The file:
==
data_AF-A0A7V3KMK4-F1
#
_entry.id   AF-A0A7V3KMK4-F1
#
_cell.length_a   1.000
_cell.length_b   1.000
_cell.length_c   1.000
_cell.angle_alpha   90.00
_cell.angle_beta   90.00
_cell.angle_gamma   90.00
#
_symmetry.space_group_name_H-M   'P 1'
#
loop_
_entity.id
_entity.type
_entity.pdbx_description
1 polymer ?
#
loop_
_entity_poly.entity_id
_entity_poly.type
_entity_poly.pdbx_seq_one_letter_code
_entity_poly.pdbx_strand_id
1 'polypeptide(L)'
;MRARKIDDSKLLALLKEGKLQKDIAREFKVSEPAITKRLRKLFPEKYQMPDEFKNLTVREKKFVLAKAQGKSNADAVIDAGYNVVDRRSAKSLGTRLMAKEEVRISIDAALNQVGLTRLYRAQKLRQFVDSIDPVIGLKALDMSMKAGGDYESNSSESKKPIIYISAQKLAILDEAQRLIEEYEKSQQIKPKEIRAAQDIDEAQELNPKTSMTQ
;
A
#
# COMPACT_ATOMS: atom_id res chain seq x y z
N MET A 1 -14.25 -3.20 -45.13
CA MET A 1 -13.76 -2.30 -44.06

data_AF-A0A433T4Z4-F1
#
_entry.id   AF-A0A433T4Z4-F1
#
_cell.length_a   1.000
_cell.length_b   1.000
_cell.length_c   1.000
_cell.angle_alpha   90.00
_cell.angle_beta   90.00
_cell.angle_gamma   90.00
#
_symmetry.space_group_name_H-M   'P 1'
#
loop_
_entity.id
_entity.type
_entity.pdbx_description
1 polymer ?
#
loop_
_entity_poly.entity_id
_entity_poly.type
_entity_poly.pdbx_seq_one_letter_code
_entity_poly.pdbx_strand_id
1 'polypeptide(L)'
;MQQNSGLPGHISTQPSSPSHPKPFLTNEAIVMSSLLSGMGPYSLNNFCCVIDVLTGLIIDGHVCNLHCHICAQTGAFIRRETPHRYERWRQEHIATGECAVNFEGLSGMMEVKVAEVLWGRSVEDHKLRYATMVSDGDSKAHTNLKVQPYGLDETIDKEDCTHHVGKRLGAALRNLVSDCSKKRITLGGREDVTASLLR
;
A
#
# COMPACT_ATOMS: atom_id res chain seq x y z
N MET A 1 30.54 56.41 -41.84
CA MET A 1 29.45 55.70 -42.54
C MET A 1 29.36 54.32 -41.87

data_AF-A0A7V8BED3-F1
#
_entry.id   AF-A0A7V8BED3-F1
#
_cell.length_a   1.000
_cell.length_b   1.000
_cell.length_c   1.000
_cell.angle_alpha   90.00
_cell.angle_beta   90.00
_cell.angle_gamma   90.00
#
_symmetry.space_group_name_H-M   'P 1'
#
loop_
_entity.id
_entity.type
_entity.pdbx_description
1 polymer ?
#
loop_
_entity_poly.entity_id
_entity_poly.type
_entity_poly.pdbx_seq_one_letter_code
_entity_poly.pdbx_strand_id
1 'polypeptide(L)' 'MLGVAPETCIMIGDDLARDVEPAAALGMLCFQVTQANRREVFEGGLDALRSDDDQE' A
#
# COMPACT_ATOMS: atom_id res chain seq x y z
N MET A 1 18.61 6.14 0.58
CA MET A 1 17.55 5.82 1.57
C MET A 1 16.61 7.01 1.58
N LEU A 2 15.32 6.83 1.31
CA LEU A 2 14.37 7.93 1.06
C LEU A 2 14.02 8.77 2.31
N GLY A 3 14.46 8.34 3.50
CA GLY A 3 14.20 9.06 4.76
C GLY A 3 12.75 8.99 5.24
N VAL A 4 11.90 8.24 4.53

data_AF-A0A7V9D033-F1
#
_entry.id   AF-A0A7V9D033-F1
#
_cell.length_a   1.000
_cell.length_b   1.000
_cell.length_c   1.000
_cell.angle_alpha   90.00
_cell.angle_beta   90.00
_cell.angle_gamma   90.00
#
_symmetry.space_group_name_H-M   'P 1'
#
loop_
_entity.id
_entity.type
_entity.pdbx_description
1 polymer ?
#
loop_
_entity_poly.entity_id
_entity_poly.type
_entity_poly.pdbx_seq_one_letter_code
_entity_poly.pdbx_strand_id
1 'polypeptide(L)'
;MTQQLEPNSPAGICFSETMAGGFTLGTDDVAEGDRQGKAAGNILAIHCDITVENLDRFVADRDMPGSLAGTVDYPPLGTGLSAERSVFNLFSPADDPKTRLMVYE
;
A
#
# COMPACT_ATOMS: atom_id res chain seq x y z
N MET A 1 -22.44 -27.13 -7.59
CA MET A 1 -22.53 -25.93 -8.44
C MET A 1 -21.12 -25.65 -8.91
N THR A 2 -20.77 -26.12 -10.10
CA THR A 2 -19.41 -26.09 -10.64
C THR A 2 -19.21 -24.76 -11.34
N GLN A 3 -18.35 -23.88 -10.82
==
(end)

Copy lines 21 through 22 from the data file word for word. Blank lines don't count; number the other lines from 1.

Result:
_entity_poly.entity_id
_entity_poly.type